Voting began Sunday morning for the general elections in Cambodia, in which the country's incumbent prime minister is running without the challenge of the main opposition.
Prime Minister Hun Sen voted early morning in Takhmau in the Kandal province, 15 kilometers (9 miles) south of Phnom Penh, soon after polling stations opened began and later showed his index finger marked with indelible ink to reporters.
"I am very happy, the leader has won," a young voter told EFE at a polling station in the Angrae district of the capital, where the constant flow of voters had led to a queue early in the morning.
Hun Sen is essentially running unopposed after the opposition Cambodia National Rescue Party (CNRP) was banned last year by the Supreme Court.
19 other candidates, mostly from small, recently formed parties, were also running against the prime minister, who has ruled the southeast Asian nation since 1985.
A total of 8.3 million Cambodians are eligible to vote in the polls. Voting stations will remain open until 3pm local time (8am GMT).
The ruling Cambodian People's Party is widely expected to win the majority of the 125 parliamentary seats up for grabs.
International observers have been heavily critical of the elections, dismissing them as fraudulent and rigged by the CPP.
The CNRP, which won 44 percent of votes in 2013, was dissolved in 2017 after a judicial offensive that also led to the arrest of its leader on charges of conspiring with foreigners to overthrow the government; many of the CNRP's top members have been forced into exile. The CNRP has called for a boycott of these elections.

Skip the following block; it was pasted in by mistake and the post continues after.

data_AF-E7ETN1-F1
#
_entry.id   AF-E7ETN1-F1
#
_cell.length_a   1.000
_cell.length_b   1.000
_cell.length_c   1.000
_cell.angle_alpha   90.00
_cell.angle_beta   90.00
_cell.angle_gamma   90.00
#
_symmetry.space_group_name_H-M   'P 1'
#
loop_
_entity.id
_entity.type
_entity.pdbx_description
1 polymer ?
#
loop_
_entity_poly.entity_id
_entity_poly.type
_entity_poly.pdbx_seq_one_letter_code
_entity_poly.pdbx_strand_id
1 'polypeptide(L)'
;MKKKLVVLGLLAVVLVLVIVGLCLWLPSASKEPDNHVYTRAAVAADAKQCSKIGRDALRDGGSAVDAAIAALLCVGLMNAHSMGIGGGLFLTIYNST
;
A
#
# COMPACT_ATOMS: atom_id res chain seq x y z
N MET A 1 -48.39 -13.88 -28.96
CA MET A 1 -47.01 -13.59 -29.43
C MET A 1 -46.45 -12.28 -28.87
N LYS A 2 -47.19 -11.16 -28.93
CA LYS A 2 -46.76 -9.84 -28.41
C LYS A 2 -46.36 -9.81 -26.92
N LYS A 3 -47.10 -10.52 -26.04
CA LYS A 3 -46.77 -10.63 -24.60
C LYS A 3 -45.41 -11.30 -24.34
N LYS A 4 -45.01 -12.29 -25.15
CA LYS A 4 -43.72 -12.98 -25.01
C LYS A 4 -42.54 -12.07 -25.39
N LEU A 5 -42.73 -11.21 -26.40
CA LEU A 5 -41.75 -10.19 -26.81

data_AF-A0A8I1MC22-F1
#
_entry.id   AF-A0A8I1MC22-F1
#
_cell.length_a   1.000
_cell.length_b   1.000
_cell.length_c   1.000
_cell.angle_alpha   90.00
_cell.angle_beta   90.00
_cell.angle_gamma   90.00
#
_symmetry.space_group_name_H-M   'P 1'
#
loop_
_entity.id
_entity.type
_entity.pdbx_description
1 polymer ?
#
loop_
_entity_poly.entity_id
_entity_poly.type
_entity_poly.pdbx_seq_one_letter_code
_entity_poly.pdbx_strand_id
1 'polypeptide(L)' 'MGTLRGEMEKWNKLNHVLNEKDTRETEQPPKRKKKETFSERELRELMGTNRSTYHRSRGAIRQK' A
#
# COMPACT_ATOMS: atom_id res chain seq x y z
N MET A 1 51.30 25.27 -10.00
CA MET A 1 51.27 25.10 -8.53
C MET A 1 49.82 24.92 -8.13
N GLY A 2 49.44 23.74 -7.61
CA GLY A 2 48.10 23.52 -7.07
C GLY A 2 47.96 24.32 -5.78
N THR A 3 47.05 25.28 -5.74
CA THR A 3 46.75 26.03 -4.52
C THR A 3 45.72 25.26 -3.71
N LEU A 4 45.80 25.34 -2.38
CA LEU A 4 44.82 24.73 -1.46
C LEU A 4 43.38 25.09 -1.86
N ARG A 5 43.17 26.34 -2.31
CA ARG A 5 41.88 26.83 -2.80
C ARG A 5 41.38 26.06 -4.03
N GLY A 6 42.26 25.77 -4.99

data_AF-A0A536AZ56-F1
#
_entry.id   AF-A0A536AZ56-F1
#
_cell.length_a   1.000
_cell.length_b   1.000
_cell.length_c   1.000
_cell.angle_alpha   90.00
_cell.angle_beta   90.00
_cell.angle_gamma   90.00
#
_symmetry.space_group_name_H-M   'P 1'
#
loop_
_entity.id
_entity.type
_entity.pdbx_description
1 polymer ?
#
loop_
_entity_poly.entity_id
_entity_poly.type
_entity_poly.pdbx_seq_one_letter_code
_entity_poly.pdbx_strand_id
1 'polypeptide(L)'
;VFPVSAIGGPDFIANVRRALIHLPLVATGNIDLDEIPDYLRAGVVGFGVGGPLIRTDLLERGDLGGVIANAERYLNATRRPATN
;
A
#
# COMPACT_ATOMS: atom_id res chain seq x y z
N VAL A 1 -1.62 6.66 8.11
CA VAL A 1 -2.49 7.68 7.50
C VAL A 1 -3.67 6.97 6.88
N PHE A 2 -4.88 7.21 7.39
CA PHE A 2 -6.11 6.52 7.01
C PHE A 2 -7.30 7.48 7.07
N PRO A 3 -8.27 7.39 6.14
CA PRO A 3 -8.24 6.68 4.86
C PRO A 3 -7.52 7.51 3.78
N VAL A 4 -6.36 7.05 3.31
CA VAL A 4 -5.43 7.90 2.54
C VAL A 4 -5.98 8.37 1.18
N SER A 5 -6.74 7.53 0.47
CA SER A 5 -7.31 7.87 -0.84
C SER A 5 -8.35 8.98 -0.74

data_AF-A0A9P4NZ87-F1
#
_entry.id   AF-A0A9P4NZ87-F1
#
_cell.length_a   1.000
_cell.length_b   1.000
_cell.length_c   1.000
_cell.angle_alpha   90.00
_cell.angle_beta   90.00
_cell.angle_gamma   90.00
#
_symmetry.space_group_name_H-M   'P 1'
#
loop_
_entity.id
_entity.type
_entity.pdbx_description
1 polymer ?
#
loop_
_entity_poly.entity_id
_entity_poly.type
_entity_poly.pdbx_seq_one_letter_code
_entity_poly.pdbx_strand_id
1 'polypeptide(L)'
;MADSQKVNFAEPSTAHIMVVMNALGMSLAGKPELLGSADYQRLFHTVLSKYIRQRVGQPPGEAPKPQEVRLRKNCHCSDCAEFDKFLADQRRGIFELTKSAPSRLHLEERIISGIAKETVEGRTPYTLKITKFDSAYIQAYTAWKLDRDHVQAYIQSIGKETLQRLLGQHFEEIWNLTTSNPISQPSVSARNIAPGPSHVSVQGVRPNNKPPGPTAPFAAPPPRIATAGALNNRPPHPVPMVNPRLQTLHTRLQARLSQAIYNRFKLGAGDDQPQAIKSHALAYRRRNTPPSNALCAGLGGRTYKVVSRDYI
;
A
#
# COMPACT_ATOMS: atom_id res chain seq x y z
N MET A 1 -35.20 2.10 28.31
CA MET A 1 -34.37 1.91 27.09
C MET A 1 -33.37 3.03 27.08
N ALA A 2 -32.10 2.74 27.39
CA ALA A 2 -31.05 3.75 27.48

"He is not a good president. This is not good for the country," a motorcycle-taxi driver, who supported the dissolved opposition, told EFE.
The crackdown on the CNRP has led to concerns surrounding the fairness of the vote.
"This election is in reality the funeral ceremony for Cambodian democracy," Asia deputy director of Human Rights Watch Phil Robertson recently said on Twitter.
The UN has also questioned the legitimacy of the elections, along with the United States and the European Union, which withdrew aid to the National Election Committee of Cambodia and threatened to impose sanctions.
The Cambodian government has denied any accusations of wrongdoing or unfairness, pointing to the number of different candidates who were running as well as the international observers sent to monitor.
A delegation of the Centrist Democrat International was monitoring the elections as observers, led by former president of Colombia Andres Pastrana.
"I believe so," Pastrana told EFE when asked if the polls could be considered legitimate.
"Cambodia is a young democracy, and there are imperfections in all democracies (...) one has see the history of this country in its context. See where they were 20 years ago and where they are now," he said.
Twenty-three national and international election monitoring organizations have criticized these observers, accusing them of bias, links with the CPP, and lack of preparation.
The election will be the sixth since the United Nations organized the first democratic vote in 1993 following the peace agreements that two years earlier had ended more than two decades of civil war between several Cambodian factions, including the Khmer Rouge.